Economic Growth In A Cross Section Of Countries
In neoclassical growth models with diminishing returns to capital, a country's per capita growth rate tends to be inversely related to its initial level of income per person. This convergence hypothesis seems to be inconsistent with the cross-country evidence, which indicates that per capita growth rates for about 100 countries in the post-World War II period are uncorrelated with the starting level of per capita product. However, if one holds constant measures of initial human capital-measured by primary and secondary school-enrollment rates - there is evidence that countries with lower per capita product tend to grow faster. Countries with higher human capital also have lower fertility rates and higher ratios of physical investment to GDP. These results on growth, fertility, and investment are consistent with some recent theories of endogenous economic growth. With regard to government, the cross-country data indicate that government consumption is inversely related to growth, whereas public investment has little relation with growth. Average growth rates are positively related to political stability, which may capture the benefits of secure property rights. There is also some indication that distortions of investment-goods prices are adverse for growth. Finally, the analysis leaves unexplained a good deal of the relatively weak growth performances of countries in sub- Saharan Africa and Latin America.
(This abstract was borrowed from another version of this item.)
To our knowledge, this item is not available for
download. To find whether it is available, there are three
1. Check below under "Related research" whether another version of this item is available online.
2. Check on the provider's web page whether it is in fact available.
3. Perform a search for a similarly titled item that would be available.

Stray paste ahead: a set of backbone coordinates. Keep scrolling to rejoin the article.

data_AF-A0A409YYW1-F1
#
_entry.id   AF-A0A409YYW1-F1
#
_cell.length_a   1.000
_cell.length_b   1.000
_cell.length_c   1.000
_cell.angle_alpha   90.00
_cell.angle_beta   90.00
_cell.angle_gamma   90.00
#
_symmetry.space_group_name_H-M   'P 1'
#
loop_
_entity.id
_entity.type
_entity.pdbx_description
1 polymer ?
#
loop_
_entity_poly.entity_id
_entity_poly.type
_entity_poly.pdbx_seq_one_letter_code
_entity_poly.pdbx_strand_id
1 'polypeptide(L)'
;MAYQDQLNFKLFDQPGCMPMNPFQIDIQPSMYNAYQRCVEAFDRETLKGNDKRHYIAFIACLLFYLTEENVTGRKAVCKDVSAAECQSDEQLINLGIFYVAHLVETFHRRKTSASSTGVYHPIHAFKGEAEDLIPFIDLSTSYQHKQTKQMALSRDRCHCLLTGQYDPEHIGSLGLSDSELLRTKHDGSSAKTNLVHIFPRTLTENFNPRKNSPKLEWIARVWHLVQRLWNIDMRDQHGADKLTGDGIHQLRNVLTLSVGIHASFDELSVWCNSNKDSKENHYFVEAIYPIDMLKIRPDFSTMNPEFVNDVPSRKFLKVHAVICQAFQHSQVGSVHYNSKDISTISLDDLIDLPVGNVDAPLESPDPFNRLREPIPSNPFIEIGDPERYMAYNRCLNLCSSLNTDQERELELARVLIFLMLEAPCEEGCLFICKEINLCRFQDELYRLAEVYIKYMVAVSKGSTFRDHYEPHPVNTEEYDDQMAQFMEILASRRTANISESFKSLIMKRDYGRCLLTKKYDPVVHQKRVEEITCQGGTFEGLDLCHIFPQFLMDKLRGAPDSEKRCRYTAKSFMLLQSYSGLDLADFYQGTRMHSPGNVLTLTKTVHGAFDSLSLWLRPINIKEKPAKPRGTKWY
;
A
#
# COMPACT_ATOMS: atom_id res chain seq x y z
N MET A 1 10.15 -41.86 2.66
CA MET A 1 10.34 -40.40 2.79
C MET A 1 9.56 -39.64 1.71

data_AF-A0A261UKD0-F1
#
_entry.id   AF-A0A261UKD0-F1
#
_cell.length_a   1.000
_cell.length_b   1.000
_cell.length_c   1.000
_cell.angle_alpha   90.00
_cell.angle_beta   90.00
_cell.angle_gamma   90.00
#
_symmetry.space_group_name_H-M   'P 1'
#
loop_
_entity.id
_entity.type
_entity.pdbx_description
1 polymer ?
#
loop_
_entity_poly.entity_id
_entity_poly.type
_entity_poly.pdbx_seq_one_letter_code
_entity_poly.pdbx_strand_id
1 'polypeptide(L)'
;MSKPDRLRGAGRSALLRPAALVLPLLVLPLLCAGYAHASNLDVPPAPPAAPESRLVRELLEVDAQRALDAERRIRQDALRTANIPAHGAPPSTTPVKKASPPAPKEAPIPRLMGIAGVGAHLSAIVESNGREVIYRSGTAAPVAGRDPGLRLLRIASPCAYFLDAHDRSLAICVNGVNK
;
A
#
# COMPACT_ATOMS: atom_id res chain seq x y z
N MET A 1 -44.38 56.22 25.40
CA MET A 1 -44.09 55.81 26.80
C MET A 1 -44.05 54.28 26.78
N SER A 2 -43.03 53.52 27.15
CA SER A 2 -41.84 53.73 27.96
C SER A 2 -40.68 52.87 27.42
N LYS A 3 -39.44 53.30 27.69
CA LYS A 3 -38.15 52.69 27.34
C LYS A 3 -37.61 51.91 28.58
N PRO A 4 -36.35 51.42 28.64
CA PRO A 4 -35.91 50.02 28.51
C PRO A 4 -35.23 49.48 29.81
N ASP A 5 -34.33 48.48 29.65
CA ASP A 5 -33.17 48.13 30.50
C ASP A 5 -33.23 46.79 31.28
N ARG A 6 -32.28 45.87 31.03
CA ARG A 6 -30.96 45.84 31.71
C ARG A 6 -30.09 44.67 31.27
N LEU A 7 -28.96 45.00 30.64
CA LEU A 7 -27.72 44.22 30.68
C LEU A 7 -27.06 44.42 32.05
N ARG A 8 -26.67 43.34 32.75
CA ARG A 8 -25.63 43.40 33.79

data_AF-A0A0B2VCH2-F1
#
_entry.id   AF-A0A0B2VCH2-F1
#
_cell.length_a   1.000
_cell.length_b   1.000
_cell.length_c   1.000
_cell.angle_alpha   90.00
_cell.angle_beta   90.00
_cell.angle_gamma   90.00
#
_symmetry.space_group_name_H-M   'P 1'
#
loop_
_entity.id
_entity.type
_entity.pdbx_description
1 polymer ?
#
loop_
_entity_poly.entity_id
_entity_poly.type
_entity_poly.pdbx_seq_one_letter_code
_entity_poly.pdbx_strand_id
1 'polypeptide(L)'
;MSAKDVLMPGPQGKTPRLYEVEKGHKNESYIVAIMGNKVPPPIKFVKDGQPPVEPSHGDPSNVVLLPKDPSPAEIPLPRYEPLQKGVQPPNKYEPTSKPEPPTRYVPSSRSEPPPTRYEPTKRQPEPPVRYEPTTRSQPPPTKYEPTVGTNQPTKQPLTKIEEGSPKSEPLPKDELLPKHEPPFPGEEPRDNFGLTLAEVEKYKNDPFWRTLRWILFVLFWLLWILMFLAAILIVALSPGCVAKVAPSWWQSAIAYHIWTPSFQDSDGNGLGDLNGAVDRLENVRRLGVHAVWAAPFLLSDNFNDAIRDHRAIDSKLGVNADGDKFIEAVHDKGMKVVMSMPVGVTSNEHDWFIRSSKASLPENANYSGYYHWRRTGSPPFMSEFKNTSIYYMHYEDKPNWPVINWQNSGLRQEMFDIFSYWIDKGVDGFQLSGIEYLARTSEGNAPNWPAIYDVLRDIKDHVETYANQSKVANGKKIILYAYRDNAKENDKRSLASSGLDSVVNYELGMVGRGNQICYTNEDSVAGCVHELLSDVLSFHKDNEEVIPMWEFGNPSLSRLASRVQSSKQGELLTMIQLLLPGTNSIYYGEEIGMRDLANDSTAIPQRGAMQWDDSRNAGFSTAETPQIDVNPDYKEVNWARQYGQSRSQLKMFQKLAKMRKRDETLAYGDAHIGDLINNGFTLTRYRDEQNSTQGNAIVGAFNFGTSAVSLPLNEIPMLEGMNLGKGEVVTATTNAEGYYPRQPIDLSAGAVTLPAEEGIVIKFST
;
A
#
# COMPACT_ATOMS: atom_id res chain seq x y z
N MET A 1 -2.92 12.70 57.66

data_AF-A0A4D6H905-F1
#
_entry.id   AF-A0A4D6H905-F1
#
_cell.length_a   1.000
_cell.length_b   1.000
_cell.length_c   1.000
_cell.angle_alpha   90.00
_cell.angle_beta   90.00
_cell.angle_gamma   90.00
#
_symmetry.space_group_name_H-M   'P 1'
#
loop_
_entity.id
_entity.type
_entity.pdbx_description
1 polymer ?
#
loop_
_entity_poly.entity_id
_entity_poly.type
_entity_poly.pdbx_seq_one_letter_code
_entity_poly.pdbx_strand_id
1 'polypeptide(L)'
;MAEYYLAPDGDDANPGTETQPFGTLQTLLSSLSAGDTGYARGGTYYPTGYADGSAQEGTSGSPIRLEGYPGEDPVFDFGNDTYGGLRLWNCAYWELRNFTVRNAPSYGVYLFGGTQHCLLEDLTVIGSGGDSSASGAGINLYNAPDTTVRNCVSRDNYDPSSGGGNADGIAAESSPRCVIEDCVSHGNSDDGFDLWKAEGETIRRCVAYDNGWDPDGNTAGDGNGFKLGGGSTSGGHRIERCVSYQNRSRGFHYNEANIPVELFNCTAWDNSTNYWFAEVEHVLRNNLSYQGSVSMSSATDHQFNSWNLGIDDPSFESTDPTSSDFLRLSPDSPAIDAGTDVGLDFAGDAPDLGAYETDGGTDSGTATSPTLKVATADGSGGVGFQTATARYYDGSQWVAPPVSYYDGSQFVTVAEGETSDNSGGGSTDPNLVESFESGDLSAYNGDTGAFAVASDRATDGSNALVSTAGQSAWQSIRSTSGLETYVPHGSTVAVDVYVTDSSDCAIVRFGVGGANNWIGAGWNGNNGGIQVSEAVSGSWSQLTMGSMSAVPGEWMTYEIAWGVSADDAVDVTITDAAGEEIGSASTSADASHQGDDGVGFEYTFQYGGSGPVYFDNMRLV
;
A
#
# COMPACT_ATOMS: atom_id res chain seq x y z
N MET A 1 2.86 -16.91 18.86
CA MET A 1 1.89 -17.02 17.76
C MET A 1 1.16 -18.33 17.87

|Date of creation:||1989|
|Date of revision:|
|Contact details of provider:|| Postal: University of Rochester, Center for Economic Research, Department of Economics, Harkness 231 Rochester, New York 14627 U.S.A.|
Please report citation or reference errors to , or , if you are the registered author of the cited work, log in to your RePEc Author Service profile, click on "citations" and make appropriate adjustments.:
- Sergio T. Rebelo, 1990.
"Long Run Policy Analysis and Long Run Growth,"
NBER Working Papers
3325, National Bureau of Economic Research, Inc.
- Robert J. Barro, 1989.
"A Cross-Country Study of Growth, Saving, and Government,"
NBER Working Papers
2855, National Bureau of Economic Research, Inc.
- Robert J. Barro, 1991. "A Cross-Country Study of Growth, Saving, and Government," NBER Chapters, in: National Saving and Economic Performance, pages 271-304 National Bureau of Economic Research, Inc.
- Bela Balassa, 1964. "The Purchasing-Power Parity Doctrine: A Reappraisal," Journal of Political Economy, University of Chicago Press, vol. 72, pages 584.
- White, Halbert, 1980. "A Heteroskedasticity-Consistent Covariance Matrix Estimator and a Direct Test for Heteroskedasticity," Econometrica, Econometric Society, vol. 48(4), pages 817-38, May.
- Lucas, Robert Jr., 1988. "On the mechanics of economic development," Journal of Monetary Economics, Elsevier, vol. 22(1), pages 3-42, July.
- Tjalling C. Koopmans, 1963. "On the Concept of Optimal Economic Growth," Cowles Foundation Discussion Papers 163, Cowles Foundation for Research in Economics, Yale University.
When requesting a correction, please mention this item's handle: RePEc:roc:rocher:201. See general information about how to correct material in RePEc.
For technical questions regarding this item, or to correct its authors, title, abstract, bibliographic or download information, contact: (Richard DiSalvo)
If references are entirely missing, you can add them using this form.